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TÜBİTAK—Scientific Body or Political Tool?

Updated: Mar 13, 2022

The Turkish Council for Scientific and Technical Research (TÜBITAK) issued on March 24, 2017 a decree addressed to all Turkish peer reviewed scientific journals, including the international periodicals listed by the Turkish Academic Network and Information Center (ULAKBIM). This text requires that the journals "reconsider the make-up of their editorial boards and their scientific councils, and take all adequate measures to evict the academics who were banned from public service, dismissed or suspended." The directors of journals have been given the responsibility to track and evict academics, and to notify Mehmet Mirat SATOĞLU, director of ULAKBIM, Office of the Assistant Manager at the Cahit Arf Information Center (CABIM).

See the link (in Turkish).

It comes as no surprise that TÜBITAK goes further: editors are controlled and banned, and so are authors. Not only over research that has already been published, but also about ongoing research to be published. A colleague from Istanbul who is a specialist in hard sciences was recently suspended from public service. She was isolated from her research students and was also banned from participating, as an author, in the publications based upon her research, which was funded, partially or as a whole, by TÜBITAK. TÜBITAK, on the basis of the state of emergency decrees, does not allow access to grants nor the right to publish to those who have been banned. And of course these scholars will not be able to undertake new projects.

Faced with such attacks, it is not enough to feel concerned or to call for vigilance. It is necessary to act against this research institution that has become a tool for political repression, and a reminder of the worst dictatorships of the 20th century. In an appeal to your democratic and scientific ideals, I call on you to revise and eventually break off all collaborations with TÜBITAK and to invite your colleagues to do the same.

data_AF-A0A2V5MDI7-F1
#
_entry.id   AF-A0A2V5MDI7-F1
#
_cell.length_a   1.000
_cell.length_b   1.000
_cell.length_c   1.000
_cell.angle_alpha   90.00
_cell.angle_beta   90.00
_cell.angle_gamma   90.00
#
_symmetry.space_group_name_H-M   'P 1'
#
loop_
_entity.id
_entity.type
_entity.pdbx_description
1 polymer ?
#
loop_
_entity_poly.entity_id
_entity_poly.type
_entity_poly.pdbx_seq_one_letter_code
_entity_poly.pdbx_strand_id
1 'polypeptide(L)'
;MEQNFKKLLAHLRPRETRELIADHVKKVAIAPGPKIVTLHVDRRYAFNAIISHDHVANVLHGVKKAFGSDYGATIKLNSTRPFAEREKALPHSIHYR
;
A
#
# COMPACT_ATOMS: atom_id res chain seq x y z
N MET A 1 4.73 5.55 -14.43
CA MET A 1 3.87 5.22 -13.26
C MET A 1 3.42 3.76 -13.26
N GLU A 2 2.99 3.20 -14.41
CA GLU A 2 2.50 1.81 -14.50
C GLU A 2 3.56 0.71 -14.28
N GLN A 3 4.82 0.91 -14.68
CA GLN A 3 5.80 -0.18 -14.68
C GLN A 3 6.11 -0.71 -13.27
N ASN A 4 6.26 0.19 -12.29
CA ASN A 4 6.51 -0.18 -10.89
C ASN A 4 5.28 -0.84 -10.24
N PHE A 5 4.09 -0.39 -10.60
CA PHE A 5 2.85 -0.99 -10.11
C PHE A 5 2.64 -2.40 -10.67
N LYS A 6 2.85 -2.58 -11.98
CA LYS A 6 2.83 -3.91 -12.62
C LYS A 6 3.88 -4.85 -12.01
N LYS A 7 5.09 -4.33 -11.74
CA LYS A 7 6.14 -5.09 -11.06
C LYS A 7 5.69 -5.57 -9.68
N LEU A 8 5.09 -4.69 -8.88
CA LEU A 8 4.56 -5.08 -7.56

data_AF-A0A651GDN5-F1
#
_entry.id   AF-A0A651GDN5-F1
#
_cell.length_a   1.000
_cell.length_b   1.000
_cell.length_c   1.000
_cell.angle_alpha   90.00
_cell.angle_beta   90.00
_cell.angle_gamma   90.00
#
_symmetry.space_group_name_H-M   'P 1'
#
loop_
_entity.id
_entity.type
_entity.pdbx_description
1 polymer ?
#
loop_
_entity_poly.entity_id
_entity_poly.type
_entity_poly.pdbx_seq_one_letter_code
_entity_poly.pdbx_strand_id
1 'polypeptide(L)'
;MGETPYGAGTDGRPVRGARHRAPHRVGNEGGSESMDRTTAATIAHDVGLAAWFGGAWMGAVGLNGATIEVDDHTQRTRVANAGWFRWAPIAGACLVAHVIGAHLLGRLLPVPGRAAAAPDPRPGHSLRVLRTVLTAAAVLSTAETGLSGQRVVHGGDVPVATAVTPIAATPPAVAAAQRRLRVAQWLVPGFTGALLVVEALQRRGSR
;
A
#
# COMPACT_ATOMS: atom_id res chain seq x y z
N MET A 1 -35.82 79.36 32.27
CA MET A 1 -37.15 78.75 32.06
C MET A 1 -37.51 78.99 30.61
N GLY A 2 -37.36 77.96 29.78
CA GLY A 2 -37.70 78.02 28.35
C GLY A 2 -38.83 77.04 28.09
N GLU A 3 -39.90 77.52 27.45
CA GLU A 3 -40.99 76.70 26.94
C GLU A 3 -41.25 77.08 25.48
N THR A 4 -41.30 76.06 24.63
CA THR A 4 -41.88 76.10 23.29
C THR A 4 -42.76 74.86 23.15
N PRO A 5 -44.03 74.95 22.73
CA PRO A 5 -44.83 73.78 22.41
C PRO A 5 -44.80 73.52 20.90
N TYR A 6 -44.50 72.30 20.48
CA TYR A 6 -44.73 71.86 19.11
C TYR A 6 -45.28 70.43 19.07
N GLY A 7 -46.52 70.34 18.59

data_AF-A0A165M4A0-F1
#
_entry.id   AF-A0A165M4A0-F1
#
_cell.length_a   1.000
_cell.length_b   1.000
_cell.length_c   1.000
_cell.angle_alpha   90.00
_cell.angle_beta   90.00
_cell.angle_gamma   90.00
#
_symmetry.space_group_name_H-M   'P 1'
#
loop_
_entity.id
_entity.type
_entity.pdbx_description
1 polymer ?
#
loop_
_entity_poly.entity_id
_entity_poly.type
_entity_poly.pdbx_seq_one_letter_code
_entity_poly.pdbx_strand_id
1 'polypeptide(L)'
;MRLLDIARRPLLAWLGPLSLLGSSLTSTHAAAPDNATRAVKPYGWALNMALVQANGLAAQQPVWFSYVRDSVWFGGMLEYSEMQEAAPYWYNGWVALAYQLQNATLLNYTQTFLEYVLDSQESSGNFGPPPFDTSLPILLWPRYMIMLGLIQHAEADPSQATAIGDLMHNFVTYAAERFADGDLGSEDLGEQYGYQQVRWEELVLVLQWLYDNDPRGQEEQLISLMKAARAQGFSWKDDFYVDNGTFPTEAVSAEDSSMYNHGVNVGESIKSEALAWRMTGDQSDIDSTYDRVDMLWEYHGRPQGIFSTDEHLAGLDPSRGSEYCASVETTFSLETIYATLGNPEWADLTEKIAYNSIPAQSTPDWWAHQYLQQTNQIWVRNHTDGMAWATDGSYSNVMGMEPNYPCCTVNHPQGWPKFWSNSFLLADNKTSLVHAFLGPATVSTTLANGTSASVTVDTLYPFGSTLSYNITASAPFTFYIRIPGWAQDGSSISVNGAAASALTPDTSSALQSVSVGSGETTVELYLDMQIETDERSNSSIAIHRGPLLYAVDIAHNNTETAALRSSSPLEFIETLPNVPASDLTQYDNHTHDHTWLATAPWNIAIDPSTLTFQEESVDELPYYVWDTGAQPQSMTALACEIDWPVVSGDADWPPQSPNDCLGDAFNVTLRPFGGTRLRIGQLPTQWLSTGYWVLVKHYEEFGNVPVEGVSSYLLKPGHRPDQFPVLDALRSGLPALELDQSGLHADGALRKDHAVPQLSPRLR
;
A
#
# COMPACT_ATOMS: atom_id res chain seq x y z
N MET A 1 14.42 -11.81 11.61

More specifically, I want to warn my colleagues in hard sciences against a new TÜBITAK call: the TÜBITAK-French Ministry of Foreign Affairs Bosphorus Joint Project Proposal Call. The selection of projects in this call will exclude the academics already banned, and more generally those categorized as "terrorists" or "supporting terrorism," an accusation made against all those who openly oppose the official policies in Turkey.

Say NO (#HAYIR, in the spirit of the movement against the referendum in Turkey) to these calls. Say it loud and proud. Do not participate into these calls if you are in these disciplines, and ask your colleagues to do the same.

In solidarity,

Tuna Altinel


The war against academics in Turkey began long before the coup attempt. On January 10, 2016, a group of scholars calling themselves Academics for Peace signed an open letter calling on the Turkish government to end its unlawful and violent practices in the Kurdish provinces. The next day, the President Recep Tayyip Erdogan accused the letter’s organizers and 1128 signatories of treason and terrorist propaganda, calling for their immediate punishment. The Turkish judiciary system subsequently initiated public prosecutions under Turkish antiterror laws, alleging defamation of the Turkish state and accusing signatories of spreading “terrorist organization propaganda.”

Endangered Scholars Worldwide is deeply concerned about the harsh measures the Turkish government has taken against universities and other institutions of higher education, and its systematic targeting of the country’s scholars and professors, since the coup attempt on July 15, 2016. Endangered Scholars Worldwide is deeply distressed by the Turkish government’s actions, which irreversibly harm the entire educational community by undermining universities’ abilities to meet scientific and ethical standards as well as fulfill intellectual, educational, social, and institutional responsibilities


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